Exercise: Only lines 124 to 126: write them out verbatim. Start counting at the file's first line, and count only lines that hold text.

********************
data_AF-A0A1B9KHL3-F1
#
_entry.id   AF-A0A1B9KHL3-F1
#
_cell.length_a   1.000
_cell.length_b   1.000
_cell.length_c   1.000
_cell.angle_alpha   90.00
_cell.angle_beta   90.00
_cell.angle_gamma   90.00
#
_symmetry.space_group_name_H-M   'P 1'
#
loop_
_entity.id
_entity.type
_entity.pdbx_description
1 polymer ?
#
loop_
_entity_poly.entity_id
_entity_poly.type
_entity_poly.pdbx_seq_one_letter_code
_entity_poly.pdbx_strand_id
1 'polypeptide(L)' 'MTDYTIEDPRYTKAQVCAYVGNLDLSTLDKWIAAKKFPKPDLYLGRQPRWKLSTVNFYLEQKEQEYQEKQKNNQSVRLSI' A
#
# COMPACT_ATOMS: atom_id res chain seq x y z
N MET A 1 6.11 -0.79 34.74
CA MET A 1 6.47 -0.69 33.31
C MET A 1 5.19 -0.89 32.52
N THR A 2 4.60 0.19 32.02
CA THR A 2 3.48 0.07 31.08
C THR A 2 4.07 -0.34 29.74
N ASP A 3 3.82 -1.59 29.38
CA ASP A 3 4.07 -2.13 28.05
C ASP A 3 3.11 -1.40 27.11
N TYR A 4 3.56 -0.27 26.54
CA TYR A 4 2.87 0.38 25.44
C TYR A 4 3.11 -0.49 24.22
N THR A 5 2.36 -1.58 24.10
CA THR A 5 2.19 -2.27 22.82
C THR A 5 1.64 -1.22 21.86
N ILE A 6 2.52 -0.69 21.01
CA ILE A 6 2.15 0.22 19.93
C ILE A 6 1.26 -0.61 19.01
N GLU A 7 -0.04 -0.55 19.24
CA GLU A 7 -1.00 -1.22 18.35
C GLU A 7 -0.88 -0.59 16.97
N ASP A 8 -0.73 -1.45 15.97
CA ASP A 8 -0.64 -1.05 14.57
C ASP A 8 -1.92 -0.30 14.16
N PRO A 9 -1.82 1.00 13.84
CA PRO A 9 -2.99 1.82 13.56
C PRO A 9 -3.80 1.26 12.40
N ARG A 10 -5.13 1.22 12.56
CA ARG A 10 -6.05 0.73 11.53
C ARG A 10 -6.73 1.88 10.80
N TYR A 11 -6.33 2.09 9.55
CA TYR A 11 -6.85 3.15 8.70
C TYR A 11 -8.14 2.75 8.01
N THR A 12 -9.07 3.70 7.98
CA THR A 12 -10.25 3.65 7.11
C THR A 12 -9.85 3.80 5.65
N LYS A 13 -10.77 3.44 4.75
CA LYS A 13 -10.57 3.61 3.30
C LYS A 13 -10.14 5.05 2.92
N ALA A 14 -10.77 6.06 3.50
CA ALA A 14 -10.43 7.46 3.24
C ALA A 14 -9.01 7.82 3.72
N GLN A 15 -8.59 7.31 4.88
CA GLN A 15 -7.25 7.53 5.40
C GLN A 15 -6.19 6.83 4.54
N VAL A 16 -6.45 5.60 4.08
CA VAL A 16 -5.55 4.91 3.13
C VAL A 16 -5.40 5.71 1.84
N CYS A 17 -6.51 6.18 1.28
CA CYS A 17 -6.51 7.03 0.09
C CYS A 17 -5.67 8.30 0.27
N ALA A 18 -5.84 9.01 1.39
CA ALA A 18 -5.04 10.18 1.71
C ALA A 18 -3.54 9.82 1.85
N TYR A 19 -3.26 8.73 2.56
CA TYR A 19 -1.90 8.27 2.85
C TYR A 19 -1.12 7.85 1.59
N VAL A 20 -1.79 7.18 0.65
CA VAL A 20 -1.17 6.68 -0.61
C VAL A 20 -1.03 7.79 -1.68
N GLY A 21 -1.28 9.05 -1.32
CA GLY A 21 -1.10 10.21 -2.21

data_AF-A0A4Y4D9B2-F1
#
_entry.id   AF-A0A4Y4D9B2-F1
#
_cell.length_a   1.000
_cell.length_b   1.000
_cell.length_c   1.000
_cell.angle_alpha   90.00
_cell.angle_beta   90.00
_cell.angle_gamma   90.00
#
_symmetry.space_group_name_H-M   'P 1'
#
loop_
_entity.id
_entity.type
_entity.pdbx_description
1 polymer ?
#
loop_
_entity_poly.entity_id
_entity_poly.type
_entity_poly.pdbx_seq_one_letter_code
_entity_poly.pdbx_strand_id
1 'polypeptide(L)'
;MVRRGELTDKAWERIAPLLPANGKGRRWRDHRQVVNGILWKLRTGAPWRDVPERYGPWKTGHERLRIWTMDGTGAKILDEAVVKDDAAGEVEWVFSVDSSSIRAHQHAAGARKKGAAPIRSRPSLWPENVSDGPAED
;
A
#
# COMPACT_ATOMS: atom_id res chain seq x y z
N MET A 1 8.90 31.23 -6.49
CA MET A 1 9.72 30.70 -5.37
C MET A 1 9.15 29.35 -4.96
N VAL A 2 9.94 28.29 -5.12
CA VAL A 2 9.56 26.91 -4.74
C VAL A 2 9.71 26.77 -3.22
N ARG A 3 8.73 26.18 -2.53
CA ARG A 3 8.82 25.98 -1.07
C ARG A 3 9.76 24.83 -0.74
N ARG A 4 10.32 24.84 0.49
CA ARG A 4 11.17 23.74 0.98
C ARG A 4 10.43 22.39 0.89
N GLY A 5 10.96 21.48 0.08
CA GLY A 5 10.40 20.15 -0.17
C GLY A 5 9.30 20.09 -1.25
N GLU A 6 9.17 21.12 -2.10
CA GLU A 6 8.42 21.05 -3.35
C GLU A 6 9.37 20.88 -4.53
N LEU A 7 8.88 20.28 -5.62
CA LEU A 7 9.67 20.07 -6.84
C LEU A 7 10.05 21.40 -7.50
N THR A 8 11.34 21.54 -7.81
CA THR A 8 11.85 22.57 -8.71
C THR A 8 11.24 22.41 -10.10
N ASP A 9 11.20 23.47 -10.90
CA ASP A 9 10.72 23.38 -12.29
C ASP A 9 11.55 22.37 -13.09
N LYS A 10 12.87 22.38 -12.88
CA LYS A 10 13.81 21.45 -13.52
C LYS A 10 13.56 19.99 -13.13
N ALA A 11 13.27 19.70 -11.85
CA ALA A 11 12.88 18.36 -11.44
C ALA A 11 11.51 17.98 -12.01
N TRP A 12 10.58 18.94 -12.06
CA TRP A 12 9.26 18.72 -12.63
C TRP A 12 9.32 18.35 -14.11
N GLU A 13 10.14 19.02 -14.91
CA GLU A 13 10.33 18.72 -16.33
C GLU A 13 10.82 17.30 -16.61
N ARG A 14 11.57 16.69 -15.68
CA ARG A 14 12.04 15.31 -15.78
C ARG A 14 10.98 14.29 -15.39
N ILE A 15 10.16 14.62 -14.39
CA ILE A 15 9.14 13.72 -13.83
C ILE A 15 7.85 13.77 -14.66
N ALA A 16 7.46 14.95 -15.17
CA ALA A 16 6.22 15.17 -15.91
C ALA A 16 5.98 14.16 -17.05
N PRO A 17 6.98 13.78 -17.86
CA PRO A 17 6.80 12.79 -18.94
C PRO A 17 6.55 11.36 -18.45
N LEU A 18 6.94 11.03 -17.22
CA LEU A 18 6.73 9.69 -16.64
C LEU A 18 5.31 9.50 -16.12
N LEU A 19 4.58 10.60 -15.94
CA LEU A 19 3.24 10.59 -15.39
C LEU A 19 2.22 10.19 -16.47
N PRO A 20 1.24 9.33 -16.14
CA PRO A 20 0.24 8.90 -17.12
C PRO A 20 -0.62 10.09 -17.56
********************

CA VAL A 2 9.56 26.91 -4.74
C VAL A 2 9.71 26.77 -3.22
N ARG A 3 8.73 26.18 -2.53